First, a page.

ImageBuilder Deep Dive, Part 2: A closer look and advanced functions

In the first part of this Image Builder Deep Dive I introduced a script that you can use to build your own customized installation ISO and can easily be adapted to your own needs. In this second part we will take a closer look at the basic cmdlets we used and get to know some more cmdlets with advanced functionality.

To make best use of the following explanations I suggest that you load the complete script that we go through in this part into the PowerShell ISE and run it line by line while reading the post. You can also experiment with the various code samples by pasting them into the command prompt of the ISE.

Using Online depots with proxy servers

At the beginning of the first part's script we added two Online depots to the ImageBuilder session using the Add-EsxSoftwareDepot cmdlet. I stated that this is not possible when using a proxy server, and  - after some testing - I need to correct this statement: I got it working with a proxy server that does not require authentication. With a proxy server requiring authentication it worked on the first try and failed when adding the second online depot (?!). Originally I had a proxy auto-configuration URL entered in the Internet Explorer settings, and this made adding an Online depot consequently fail. Your mileage may vary ...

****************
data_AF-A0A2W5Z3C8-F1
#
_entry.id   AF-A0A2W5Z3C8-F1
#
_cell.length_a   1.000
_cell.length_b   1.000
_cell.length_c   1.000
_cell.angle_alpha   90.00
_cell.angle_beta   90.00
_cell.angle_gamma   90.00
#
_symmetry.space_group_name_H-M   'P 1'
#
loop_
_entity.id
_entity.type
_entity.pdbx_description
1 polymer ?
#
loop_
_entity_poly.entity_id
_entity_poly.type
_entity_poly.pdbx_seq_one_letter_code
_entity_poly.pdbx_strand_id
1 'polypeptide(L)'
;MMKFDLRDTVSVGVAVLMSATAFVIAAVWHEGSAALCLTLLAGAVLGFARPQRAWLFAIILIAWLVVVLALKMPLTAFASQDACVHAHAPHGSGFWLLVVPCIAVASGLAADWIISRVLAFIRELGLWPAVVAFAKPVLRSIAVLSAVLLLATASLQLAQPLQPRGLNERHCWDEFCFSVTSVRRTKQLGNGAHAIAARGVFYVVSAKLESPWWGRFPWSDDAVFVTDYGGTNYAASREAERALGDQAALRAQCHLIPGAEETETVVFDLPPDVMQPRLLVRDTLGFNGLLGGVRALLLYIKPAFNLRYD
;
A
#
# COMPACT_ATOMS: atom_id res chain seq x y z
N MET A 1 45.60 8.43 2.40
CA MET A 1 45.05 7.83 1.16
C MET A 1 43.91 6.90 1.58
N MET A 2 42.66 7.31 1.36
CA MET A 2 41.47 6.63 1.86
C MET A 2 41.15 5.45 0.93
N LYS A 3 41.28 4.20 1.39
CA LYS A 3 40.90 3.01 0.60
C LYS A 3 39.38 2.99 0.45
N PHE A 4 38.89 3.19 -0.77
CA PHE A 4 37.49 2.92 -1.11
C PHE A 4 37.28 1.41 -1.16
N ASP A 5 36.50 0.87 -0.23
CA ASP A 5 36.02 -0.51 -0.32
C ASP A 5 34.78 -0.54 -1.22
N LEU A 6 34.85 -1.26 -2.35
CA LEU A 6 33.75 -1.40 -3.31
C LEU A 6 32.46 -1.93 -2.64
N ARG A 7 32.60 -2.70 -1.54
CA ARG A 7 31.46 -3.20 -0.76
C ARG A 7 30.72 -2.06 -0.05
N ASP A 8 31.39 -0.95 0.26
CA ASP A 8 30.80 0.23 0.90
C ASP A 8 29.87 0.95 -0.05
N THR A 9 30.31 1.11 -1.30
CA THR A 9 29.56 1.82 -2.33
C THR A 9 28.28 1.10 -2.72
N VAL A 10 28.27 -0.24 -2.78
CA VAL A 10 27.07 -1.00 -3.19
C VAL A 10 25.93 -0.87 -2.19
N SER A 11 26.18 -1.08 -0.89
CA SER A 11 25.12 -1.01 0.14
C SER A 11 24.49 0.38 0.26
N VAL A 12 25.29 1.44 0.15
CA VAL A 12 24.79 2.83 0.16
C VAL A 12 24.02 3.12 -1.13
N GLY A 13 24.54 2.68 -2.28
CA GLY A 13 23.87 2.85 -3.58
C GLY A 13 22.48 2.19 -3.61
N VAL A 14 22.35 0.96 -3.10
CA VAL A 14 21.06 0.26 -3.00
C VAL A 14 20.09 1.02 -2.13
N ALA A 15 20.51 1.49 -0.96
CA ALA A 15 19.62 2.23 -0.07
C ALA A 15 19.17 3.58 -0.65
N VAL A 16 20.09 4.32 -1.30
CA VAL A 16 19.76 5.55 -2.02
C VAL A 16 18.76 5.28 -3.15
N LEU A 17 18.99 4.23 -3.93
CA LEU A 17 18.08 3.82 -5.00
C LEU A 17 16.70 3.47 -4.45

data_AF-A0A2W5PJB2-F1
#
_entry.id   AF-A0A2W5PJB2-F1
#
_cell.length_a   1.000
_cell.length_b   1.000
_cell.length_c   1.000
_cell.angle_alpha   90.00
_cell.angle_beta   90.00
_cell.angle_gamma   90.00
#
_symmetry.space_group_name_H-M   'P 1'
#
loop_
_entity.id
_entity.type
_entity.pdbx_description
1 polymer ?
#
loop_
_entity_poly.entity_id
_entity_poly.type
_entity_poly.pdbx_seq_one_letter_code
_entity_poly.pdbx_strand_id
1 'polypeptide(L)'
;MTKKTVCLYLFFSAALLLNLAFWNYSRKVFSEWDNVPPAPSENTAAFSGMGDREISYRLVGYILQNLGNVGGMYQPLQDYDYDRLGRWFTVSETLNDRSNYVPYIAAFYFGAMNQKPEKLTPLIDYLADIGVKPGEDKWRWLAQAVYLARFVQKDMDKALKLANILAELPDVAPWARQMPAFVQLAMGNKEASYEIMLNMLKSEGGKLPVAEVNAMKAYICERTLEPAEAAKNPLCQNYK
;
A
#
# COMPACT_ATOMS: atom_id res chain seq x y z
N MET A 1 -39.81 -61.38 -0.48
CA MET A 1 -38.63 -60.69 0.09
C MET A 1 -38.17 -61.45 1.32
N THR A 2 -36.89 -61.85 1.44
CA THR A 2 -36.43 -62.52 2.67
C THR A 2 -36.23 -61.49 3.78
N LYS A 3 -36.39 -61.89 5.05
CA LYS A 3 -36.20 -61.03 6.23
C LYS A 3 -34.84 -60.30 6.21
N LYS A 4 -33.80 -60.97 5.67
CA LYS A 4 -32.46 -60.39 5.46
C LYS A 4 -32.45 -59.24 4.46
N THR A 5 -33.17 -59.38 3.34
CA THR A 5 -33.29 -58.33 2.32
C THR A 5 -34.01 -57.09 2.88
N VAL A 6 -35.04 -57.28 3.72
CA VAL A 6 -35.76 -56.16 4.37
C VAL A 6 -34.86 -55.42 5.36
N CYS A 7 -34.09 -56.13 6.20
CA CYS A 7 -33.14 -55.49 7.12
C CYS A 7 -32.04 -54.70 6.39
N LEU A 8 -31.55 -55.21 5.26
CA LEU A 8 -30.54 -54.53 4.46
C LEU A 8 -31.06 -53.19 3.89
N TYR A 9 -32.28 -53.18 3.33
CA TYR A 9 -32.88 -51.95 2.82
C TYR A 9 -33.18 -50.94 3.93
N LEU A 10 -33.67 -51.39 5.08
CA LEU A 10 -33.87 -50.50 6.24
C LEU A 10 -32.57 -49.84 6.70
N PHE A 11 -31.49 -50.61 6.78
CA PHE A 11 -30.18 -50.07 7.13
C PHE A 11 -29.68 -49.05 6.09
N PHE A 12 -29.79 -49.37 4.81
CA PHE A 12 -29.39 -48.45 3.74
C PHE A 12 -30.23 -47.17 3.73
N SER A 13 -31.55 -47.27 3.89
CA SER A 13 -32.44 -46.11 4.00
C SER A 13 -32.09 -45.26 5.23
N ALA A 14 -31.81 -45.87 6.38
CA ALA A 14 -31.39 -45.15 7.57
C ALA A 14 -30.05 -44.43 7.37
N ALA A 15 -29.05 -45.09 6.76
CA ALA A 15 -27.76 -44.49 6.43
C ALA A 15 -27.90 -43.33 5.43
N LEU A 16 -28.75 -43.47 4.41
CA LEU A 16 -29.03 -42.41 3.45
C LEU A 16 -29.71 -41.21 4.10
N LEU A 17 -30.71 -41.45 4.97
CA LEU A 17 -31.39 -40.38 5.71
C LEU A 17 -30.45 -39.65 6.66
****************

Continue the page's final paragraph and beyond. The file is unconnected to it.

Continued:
By default PowerCLI will use the Windows proxy settings (that means what you have configured in Internet Explorer). You can change that by using the Set-PowerCLIConfiguration cmdlet. However, the possibilities are somewhat limited. You can either use the system proxy settings or no proxy at all: